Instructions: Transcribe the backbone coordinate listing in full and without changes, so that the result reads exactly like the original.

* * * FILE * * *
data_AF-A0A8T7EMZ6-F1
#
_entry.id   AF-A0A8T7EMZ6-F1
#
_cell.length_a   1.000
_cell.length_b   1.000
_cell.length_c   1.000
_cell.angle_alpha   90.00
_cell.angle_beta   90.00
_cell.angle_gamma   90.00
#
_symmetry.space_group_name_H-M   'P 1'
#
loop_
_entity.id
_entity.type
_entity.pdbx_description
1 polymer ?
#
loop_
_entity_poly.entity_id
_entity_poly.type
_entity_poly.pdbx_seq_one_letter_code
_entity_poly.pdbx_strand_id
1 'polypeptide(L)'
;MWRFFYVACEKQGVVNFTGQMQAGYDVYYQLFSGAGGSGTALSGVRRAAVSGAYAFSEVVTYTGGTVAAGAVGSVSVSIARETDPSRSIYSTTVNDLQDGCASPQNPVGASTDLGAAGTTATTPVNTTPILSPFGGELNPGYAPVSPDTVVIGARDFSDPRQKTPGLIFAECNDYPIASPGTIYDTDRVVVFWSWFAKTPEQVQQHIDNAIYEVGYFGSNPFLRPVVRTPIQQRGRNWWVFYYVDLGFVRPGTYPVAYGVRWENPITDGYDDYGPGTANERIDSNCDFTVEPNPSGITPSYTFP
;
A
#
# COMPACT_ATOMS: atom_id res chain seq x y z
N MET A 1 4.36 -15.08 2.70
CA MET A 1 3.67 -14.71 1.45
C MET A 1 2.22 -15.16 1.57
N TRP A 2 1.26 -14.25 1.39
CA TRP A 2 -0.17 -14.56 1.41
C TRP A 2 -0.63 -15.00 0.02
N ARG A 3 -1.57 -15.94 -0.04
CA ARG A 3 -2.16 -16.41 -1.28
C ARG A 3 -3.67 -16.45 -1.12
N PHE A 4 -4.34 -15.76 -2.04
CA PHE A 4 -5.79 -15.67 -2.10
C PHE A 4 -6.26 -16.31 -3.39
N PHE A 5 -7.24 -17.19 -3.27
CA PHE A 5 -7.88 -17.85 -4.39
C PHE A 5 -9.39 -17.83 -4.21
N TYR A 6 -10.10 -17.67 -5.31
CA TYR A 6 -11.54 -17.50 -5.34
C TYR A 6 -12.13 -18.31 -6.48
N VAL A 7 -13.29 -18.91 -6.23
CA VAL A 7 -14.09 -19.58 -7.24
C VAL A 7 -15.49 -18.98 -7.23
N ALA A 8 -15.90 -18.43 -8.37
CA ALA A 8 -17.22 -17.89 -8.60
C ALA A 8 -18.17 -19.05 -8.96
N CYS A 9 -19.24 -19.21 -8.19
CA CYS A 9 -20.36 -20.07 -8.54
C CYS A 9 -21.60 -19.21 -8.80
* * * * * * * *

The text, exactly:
data_AF-A0A8T7EMZ6-F1
#
_entry.id   AF-A0A8T7EMZ6-F1
#
_cell.length_a   1.000
_cell.length_b   1.000
_cell.length_c   1.000
_cell.angle_alpha   90.00
_cell.angle_beta   90.00
_cell.angle_gamma   90.00
#
_symmetry.space_group_name_H-M   'P 1'
#
loop_
_entity.id
_entity.type
_entity.pdbx_description
1 polymer ?
#
loop_
_entity_poly.entity_id
_entity_poly.type
_entity_poly.pdbx_seq_one_letter_code
_entity_poly.pdbx_strand_id
1 'polypeptide(L)'
;MWRFFYVACEKQGVVNFTGQMQAGYDVYYQLFSGAGGSGTALSGVRRAAVSGAYAFSEVVTYTGGTVAAGAVGSVSVSIARETDPSRSIYSTTVNDLQDGCASPQNPVGASTDLGAAGTTATTPVNTTPILSPFGGELNPGYAPVSPDTVVIGARDFSDPRQKTPGLIFAECNDYPIASPGTIYDTDRVVVFWSWFAKTPEQVQQHIDNAIYEVGYFGSNPFLRPVVRTPIQQRGRNWWVFYYVDLGFVRPGTYPVAYGVRWENPITDGYDDYGPGTANERIDSNCDFTVEPNPSGITPSYTFP
;
A
#
# COMPACT_ATOMS: atom_id res chain seq x y z
N MET A 1 4.36 -15.08 2.70
CA MET A 1 3.67 -14.71 1.45
C MET A 1 2.22 -15.16 1.57
N TRP A 2 1.26 -14.25 1.39
CA TRP A 2 -0.17 -14.56 1.41
C TRP A 2 -0.63 -15.00 0.02
N ARG A 3 -1.57 -15.94 -0.04
CA ARG A 3 -2.16 -16.41 -1.28
C ARG A 3 -3.67 -16.45 -1.12
N PHE A 4 -4.34 -15.76 -2.04
CA PHE A 4 -5.79 -15.67 -2.10
C PHE A 4 -6.26 -16.31 -3.39
N PHE A 5 -7.24 -17.19 -3.27
CA PHE A 5 -7.88 -17.85 -4.39
C PHE A 5 -9.39 -17.83 -4.21
N TYR A 6 -10.10 -17.67 -5.31
CA TYR A 6 -11.54 -17.50 -5.34
C TYR A 6 -12.13 -18.31 -6.48
N VAL A 7 -13.29 -18.91 -6.23
CA VAL A 7 -14.09 -19.58 -7.24
C VAL A 7 -15.49 -18.98 -7.23
N ALA A 8 -15.90 -18.43 -8.37
CA ALA A 8 -17.22 -17.89 -8.60
C ALA A 8 -18.17 -19.05 -8.96
N CYS A 9 -19.24 -19.21 -8.19
CA CYS A 9 -20.36 -20.07 -8.54
C CYS A 9 -21.60 -19.21 -8.80